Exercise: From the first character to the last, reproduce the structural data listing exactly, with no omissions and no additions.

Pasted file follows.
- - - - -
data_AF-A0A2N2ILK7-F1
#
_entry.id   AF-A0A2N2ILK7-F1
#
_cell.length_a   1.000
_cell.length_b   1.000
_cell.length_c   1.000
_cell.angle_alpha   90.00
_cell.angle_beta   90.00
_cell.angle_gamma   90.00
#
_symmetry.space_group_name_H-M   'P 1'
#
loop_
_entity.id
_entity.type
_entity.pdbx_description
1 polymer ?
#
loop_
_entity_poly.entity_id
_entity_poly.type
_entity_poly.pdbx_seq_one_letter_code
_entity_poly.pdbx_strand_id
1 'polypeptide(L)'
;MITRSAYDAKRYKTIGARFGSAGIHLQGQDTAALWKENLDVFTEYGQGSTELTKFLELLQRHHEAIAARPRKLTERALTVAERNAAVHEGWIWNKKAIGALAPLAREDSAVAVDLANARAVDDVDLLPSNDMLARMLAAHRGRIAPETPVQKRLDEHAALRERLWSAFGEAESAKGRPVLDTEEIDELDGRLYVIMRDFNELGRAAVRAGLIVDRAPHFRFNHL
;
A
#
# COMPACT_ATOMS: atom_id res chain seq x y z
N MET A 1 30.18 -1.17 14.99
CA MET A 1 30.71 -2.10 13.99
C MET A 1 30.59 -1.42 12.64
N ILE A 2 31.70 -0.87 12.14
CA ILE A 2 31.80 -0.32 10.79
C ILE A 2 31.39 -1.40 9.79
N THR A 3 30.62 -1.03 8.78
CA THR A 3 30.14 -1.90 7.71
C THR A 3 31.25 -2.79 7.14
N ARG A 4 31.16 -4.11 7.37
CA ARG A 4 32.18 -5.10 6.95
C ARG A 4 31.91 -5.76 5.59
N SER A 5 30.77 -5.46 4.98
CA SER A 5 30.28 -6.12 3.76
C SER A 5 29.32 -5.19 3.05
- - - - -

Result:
data_AF-A0A2N2ILK7-F1
#
_entry.id   AF-A0A2N2ILK7-F1
#
_cell.length_a   1.000
_cell.length_b   1.000
_cell.length_c   1.000
_cell.angle_alpha   90.00
_cell.angle_beta   90.00
_cell.angle_gamma   90.00
#
_symmetry.space_group_name_H-M   'P 1'
#
loop_
_entity.id
_entity.type
_entity.pdbx_description
1 polymer ?
#
loop_
_entity_poly.entity_id
_entity_poly.type
_entity_poly.pdbx_seq_one_letter_code
_entity_poly.pdbx_strand_id
1 'polypeptide(L)'
;MITRSAYDAKRYKTIGARFGSAGIHLQGQDTAALWKENLDVFTEYGQGSTELTKFLELLQRHHEAIAARPRKLTERALTVAERNAAVHEGWIWNKKAIGALAPLAREDSAVAVDLANARAVDDVDLLPSNDMLARMLAAHRGRIAPETPVQKRLDEHAALRERLWSAFGEAESAKGRPVLDTEEIDELDGRLYVIMRDFNELGRAAVRAGLIVDRAPHFRFNHL
;
A
#
# COMPACT_ATOMS: atom_id res chain seq x y z
N MET A 1 30.18 -1.17 14.99
CA MET A 1 30.71 -2.10 13.99
C MET A 1 30.59 -1.42 12.64
N ILE A 2 31.70 -0.87 12.14
CA ILE A 2 31.80 -0.32 10.79
C ILE A 2 31.39 -1.40 9.79
N THR A 3 30.62 -1.03 8.78
CA THR A 3 30.14 -1.90 7.71
C THR A 3 31.25 -2.79 7.14
N ARG A 4 31.16 -4.11 7.37
CA ARG A 4 32.18 -5.10 6.95
C ARG A 4 31.91 -5.76 5.59
N SER A 5 30.77 -5.46 4.98
CA SER A 5 30.28 -6.12 3.76
C SER A 5 29.32 -5.19 3.05